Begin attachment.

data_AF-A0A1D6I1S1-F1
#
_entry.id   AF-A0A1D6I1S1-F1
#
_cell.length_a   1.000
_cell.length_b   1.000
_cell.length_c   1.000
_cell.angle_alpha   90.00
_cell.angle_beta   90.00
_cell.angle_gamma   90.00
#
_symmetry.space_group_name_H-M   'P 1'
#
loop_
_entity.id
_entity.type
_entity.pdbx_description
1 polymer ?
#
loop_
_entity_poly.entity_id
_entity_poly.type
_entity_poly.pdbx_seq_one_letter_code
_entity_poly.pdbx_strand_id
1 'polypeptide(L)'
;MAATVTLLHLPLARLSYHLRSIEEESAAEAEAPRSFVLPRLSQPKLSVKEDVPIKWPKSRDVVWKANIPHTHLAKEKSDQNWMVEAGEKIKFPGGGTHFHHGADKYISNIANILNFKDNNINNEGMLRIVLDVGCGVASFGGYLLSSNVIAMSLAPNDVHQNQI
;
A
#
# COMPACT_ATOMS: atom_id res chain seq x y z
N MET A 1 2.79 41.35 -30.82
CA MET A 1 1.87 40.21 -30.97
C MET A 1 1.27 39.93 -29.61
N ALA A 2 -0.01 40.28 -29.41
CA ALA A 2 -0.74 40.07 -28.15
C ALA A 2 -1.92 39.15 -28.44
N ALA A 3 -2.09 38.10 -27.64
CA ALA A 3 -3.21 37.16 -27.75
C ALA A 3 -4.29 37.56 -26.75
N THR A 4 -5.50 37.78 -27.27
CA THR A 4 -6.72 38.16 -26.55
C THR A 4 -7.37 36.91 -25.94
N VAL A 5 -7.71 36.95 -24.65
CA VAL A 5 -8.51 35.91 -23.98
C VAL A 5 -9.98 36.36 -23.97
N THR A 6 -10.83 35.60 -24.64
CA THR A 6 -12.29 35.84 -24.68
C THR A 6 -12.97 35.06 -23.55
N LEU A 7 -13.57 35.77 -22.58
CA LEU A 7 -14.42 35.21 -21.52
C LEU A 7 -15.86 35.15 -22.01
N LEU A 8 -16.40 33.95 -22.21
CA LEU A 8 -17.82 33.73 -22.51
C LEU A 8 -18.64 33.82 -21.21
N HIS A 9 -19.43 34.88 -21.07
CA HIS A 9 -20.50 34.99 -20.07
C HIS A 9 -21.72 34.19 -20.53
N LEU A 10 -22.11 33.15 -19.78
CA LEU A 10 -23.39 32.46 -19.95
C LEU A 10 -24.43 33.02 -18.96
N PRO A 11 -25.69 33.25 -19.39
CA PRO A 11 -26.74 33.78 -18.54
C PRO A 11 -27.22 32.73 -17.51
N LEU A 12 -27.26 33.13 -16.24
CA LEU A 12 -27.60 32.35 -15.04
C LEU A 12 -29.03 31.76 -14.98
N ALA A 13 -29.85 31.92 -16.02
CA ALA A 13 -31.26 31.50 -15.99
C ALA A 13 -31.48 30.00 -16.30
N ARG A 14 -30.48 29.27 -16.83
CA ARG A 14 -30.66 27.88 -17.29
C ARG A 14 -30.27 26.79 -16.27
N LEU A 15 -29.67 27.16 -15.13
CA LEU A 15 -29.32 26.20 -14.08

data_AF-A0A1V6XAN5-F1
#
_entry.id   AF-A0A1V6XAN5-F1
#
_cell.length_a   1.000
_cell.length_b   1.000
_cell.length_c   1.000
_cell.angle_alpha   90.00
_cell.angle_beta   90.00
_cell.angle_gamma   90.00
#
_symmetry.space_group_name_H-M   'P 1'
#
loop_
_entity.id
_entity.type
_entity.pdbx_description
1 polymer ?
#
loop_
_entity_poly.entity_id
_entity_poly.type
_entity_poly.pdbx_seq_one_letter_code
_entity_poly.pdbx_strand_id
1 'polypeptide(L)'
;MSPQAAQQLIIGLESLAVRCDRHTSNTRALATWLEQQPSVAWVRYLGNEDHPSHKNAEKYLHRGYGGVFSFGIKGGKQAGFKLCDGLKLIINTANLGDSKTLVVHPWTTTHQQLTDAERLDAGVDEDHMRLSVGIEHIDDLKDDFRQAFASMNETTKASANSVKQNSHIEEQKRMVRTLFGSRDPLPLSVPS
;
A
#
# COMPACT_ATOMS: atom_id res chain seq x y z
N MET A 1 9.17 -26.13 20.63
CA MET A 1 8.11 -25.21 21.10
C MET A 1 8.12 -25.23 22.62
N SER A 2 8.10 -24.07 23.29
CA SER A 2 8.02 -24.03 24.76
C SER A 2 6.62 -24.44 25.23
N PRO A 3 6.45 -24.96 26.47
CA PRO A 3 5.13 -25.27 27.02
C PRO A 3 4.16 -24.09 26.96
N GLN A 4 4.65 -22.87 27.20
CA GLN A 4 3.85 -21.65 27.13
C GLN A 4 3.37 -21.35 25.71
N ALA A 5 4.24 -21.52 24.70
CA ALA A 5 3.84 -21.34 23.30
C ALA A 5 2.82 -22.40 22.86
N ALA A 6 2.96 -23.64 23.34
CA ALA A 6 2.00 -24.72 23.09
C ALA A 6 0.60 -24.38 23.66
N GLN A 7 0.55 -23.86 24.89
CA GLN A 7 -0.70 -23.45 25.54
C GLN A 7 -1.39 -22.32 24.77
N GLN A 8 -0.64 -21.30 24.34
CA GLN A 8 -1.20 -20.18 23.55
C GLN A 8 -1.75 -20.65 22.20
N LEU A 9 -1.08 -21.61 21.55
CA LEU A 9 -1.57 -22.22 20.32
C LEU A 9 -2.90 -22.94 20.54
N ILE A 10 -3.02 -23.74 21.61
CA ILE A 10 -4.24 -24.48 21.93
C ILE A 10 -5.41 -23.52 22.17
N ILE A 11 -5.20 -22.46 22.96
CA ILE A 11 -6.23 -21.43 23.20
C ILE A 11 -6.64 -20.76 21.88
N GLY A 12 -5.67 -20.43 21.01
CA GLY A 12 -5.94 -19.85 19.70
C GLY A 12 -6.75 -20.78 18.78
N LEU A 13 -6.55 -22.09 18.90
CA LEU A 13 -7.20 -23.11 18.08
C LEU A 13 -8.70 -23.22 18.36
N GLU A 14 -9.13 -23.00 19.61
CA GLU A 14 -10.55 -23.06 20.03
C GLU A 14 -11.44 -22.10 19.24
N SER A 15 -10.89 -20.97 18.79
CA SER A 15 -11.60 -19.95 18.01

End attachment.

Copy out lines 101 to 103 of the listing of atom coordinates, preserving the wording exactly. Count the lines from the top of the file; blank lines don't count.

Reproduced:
;
A
#